The families of the Moore Angels sued Gov. Mary Fallin this week for her failure to obey open records laws and provide communication records regarding storm shelters.
“These are records we requested in November, and more than two months later, are still waiting for delivery. Mary Fallin needs to understand that we will not stand for the same bullying techniques used by Chris Christie,” said Danni Legg, whose son, Christopher, was killed when the May 20, 2013, EF-5 tornado hit Plaza Towers Elementary School in Moore. “I hate to say this isn’t surprising behavior from the governor. In fact, she recently endorsed Chris Christie’s bullying in Washington, D.C. Ahe praised his leadership style.”
According to Legg, the similarities continue.
“Much like Chris Christie has shown to care less about his citizens’ needs after the storm, Mary Fallin continues to do very little for the citizens of Moore and Oklahoma after the tornado,” she said. “And just like Chris Christie sent his followers to threaten the Mayor of Hoboken, Mary Fallin has sent henchmen out to do her dirty work by threatening the state lawmakers helping to protect the safety of school children. Be on notice, Mary Fallin, that your actions and attitudes are not the Oklahoma Standard you liberally throw around. Nor do they represent your slogan of faith, family and freedom. Your elitist attitude and your ideological approach don’t cut it here.”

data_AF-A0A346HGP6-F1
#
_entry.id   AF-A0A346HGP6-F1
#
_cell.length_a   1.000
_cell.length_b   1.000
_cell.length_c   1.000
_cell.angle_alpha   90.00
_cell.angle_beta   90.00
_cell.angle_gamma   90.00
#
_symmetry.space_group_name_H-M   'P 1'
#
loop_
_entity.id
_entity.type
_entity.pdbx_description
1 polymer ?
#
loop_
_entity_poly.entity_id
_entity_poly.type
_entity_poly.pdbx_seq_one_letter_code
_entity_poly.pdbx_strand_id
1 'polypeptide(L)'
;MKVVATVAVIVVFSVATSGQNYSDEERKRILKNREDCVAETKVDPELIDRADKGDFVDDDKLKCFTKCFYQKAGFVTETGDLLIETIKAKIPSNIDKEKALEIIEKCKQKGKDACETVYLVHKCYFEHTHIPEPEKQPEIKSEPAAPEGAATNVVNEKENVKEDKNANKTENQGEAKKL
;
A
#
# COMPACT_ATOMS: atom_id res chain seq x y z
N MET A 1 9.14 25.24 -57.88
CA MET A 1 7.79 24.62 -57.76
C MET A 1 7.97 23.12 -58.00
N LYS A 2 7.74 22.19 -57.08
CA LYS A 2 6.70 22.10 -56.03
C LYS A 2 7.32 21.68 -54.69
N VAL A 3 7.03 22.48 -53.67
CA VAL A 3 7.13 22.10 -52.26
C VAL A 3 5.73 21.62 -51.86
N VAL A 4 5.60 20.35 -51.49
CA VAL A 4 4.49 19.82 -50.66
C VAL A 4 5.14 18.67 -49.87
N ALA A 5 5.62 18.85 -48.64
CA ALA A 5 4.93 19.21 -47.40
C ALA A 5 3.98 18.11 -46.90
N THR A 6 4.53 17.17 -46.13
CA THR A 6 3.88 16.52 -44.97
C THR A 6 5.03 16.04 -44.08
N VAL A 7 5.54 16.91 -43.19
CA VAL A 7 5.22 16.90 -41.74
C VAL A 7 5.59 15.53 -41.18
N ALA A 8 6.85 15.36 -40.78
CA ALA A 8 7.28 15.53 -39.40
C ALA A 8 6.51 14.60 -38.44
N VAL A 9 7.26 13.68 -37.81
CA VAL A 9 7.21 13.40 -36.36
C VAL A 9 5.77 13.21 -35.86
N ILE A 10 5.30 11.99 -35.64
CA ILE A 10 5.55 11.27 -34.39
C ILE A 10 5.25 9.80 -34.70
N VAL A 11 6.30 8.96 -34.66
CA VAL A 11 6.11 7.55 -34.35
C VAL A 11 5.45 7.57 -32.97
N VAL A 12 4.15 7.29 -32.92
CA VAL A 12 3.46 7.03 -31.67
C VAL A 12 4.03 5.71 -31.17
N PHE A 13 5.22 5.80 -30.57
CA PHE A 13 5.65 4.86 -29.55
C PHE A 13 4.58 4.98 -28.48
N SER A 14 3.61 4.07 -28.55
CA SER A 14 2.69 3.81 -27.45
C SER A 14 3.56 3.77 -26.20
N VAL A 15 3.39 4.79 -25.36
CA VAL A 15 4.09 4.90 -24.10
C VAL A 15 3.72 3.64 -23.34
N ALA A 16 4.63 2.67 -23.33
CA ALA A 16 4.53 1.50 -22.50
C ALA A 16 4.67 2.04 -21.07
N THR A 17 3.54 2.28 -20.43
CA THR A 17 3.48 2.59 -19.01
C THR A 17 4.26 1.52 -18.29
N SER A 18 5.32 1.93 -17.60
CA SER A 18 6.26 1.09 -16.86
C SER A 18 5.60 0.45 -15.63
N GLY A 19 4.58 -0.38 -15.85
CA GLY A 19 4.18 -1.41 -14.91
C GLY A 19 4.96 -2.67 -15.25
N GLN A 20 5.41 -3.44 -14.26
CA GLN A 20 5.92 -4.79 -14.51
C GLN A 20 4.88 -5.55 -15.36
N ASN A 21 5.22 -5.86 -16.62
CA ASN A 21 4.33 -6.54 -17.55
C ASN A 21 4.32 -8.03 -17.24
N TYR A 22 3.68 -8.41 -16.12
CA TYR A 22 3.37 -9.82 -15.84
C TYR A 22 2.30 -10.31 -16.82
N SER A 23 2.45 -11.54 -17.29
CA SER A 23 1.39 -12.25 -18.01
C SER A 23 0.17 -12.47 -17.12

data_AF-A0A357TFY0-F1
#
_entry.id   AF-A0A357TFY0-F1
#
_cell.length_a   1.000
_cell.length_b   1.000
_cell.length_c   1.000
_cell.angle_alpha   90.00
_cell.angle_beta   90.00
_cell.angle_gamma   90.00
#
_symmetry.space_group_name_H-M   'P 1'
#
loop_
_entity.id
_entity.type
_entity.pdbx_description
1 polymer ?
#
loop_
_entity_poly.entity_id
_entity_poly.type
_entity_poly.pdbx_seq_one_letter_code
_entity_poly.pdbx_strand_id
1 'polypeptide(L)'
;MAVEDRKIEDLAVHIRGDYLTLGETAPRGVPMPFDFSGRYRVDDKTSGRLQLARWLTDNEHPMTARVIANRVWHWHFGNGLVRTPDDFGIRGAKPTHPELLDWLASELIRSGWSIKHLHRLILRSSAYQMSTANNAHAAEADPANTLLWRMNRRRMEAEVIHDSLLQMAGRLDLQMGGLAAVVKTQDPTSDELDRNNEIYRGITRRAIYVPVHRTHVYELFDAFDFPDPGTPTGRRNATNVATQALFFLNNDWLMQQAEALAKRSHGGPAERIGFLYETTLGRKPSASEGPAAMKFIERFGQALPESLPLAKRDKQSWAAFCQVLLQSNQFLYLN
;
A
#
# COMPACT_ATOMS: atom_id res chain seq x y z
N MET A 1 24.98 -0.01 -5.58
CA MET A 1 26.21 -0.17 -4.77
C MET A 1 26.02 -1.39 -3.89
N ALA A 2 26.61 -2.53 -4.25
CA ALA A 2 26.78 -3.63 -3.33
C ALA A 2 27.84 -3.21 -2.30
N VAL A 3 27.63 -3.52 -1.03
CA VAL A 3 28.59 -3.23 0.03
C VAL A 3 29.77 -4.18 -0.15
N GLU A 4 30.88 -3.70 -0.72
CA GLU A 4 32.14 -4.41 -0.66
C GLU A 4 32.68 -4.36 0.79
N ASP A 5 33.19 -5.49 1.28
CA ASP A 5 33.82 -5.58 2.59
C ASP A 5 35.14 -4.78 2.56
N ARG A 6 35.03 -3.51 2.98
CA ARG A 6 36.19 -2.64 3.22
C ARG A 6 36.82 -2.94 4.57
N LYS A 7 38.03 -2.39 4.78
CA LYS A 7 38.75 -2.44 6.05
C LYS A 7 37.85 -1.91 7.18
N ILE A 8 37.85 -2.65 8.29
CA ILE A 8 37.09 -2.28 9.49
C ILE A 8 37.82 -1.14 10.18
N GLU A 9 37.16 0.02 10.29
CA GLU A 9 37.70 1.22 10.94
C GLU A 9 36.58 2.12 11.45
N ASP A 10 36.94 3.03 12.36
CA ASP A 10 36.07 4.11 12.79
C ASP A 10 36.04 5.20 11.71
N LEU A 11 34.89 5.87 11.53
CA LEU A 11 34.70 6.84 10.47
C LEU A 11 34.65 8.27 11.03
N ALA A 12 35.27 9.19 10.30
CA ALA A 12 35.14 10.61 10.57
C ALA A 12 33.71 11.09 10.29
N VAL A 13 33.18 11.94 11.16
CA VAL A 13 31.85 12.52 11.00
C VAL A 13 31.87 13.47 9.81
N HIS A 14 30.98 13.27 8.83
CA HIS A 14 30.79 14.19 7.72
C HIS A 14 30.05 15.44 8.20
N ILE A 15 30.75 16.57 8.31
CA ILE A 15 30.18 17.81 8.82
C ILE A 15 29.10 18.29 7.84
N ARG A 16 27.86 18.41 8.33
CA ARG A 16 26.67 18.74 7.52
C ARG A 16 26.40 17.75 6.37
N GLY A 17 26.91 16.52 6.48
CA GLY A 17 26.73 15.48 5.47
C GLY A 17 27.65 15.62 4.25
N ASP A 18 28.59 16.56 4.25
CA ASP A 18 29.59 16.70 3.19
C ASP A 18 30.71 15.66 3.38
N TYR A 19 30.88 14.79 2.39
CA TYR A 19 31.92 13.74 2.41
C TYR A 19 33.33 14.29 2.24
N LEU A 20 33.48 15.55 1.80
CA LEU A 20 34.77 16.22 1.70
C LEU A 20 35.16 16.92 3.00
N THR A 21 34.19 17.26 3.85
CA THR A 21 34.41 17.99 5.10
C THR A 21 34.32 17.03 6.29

An Oklahoma Open Records request filed in early November has not yielded documents from Fallin’s office. In the 11 weeks since, Take Shelter Oklahoma has only received a letter of receipt from the governor’s office on Dec. 27, with no indication if or when the records will be made available.
“Last week, one of the governor’s attorneys told us that there was no way we would get the records before the Supreme Court hearing, which is disgraceful,” Legg said.
“It isn’t a stretch to believe that Fallin doesn’t want to do the right thing because it draws attention to failure to help Oklahomans. She has now refused to release emails regarding her decision to not accept Medicaid funding, build school storms shelters and protect nursing home residents.”
The only communication the families have received from Fallin was initially sent to a non-existent address in Tulsa not connected to the organization, raising concerns that the governor’s office is creating additional obstacles for the group.
“When the letter was returned to Fallin’s office on Jan. 3, she didn’t send it back out until Jan. 17,” Legg continued.
Formed in fall 2013, Take Shelter Oklahoma filed a petition Sept. 18 to place a measure funding school storm shelters on a state ballot. If passed, the measure would allow for a $500 million bond to fund the construction of school storm shelters and provide for enhanced school security for public schools and career technology centers. The debt would not come from state general funds, but be serviced by the revenue collected from the existing franchise tax, scheduled for reinstatement this year.